- Areas, especially in marble, that have been filled with a matching or contrasting color epoxy that may compromise the integrity and strength of the material.
- Variations in veining, color, and movement that may be present in any natural materials. Materials that are referred to as “swirl” granites exhibit more of these types of natural occurrences.
- Fissures – small visible lines on the surfaces of the polished or honed slab which rarely indicate or affect the structural integrity of the product.
- Beauty marks – natural mineral deposits concentrations that can be seen as intensified spots or lines of color, lack of color, or areas with compromised polishing ability.
- Pitting – “pock marks” of varying size on the surface of a slab which are a rsult of the tightness of the material grain and the material’s ability to accept a polished finish.
The presence of any of these characteristics adds to the uniqueness of your material, and in the majority of cases does not compromise the durability of your product. Due to the large volume of natural stone we purchase from our suppliers, The Hartford Granite & Marble Co. reserves the right to refuse any natural stone lot that does not meet the highest quality standards, including shipments containing excessively heavy pitting or markings, faded coloration, or excessive cracking. We are commited to using only the best-valued products for your countertops.
But engineered or man-made stone products are increasingly popular and comparable to granite in just about every way. In fact, say some advocates, it is superior in some important considerations.
Engineered stone products are primarily—more than 90 percent—made of natural quartz, the hardest non-precious stone, bound together by resins. On the other hand, granite is only about 40 percent to 60 percent quartz; the rest is made up of softer minerals and impurities.
Why man-made stone?
Engineered stone products require less maintenance than granite because they are non-porous. For example, they don’t have to be sealed periodically. Their impervious surface provides more stain and bacterial resistance than granite.
“The durability of these products is great,” says Leah Palmer Johnson, senior project manager and designer with Ramsey Engler Ltd., an interior design firm in Minneapolis. In the unlikely event that the surface gets a minor stain or scratch, someone from the fabrication shop can buff it out. “Deeper scratches or difficult stains may require taking the material out and back to the shop for buffing and polishing with a high-pressure water buffing process,” she adds.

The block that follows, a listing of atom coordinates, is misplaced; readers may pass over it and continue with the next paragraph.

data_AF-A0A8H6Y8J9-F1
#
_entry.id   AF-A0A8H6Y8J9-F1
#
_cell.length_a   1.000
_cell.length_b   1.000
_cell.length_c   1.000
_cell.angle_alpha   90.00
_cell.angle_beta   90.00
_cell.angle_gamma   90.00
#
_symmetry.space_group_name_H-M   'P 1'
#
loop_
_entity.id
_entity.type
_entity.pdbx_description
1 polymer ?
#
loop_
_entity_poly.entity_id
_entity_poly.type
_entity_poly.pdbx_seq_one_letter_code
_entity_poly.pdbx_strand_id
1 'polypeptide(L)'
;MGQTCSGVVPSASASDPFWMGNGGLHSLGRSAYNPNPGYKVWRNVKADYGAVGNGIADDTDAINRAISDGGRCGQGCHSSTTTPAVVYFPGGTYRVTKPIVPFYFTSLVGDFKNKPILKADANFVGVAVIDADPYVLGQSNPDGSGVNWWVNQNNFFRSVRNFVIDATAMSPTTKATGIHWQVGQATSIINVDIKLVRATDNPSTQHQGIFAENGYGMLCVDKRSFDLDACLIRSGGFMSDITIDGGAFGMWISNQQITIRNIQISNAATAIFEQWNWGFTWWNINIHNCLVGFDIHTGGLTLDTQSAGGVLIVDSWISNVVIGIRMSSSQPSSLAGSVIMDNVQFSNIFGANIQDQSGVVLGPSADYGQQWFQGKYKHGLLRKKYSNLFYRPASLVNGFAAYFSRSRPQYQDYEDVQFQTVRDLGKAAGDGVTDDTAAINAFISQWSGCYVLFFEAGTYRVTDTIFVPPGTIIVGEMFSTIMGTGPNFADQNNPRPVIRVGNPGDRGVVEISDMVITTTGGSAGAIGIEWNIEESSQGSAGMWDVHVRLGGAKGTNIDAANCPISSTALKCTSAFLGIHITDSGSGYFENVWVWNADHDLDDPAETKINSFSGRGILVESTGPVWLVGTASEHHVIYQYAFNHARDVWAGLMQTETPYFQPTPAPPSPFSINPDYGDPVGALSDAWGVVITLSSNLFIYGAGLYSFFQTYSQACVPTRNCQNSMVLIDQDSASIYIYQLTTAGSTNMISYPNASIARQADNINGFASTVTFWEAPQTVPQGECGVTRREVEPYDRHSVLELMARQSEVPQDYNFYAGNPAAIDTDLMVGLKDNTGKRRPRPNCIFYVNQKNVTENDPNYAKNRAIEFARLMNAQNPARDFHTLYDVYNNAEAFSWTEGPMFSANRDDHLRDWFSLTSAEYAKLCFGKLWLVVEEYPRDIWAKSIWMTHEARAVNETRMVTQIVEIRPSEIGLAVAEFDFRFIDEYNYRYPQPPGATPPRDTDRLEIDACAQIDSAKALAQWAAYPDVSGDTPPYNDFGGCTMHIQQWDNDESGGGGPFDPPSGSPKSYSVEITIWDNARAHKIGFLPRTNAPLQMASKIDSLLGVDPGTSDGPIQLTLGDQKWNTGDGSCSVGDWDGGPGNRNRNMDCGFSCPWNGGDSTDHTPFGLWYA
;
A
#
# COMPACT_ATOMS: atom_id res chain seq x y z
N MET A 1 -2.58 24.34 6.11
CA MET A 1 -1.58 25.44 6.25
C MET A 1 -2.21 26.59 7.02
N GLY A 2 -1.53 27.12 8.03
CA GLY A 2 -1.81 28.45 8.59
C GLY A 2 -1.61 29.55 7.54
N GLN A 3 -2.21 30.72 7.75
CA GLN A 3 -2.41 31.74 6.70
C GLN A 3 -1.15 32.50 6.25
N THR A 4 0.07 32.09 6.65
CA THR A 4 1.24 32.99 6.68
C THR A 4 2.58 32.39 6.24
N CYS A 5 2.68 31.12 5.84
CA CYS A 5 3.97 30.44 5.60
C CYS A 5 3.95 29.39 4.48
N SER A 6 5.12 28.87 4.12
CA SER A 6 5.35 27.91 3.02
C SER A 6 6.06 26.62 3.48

Man-made quartz surfaces are more heat-resistant than natural stone, too, says Mike Nagel, CGR, CAPS, president of Remodel One, Inc., a remodeling firm in Roselle, Ill. “If you put a hot pot on granite, you can crack it.” He points out, though, that none of the manufacturers recommends putting hot items directly on the surface of any engineered-stone products. However, most manufacturers of engineered stone offer a 10-year limited warranty—another plus over granite, which may have a base warranty.
In addition to kitchen countertops, engineered stone products can be used for shower and tub surrounds, vanities and other surfaces throughout the home. And unlike porous granite, which can foster bacteria, they are ideal for commercial settings, especially daycare centers, hospitals and foodservice providers.
A variety of manufacturers offer products in a diverse range of colors and finishes, including:
- CaesarStone. A 93 percent quartz product made to evoke the look of limestone, its color palette ranges from bright to subdued.
- Cambria. Made from pure natural quartz and epoxy resin, it offers a finished, mock-granite look.
- Silestone. Consisting of 93 percent quartz and 7 percent polymers, this product is as tough as they come and has one of the most scratch-resistant surfaces. It provides a brilliant polished finish.
- Zodiaq. Made by Dupont, this surfacing material captures the radiance of quartz crystal with depth and clarity.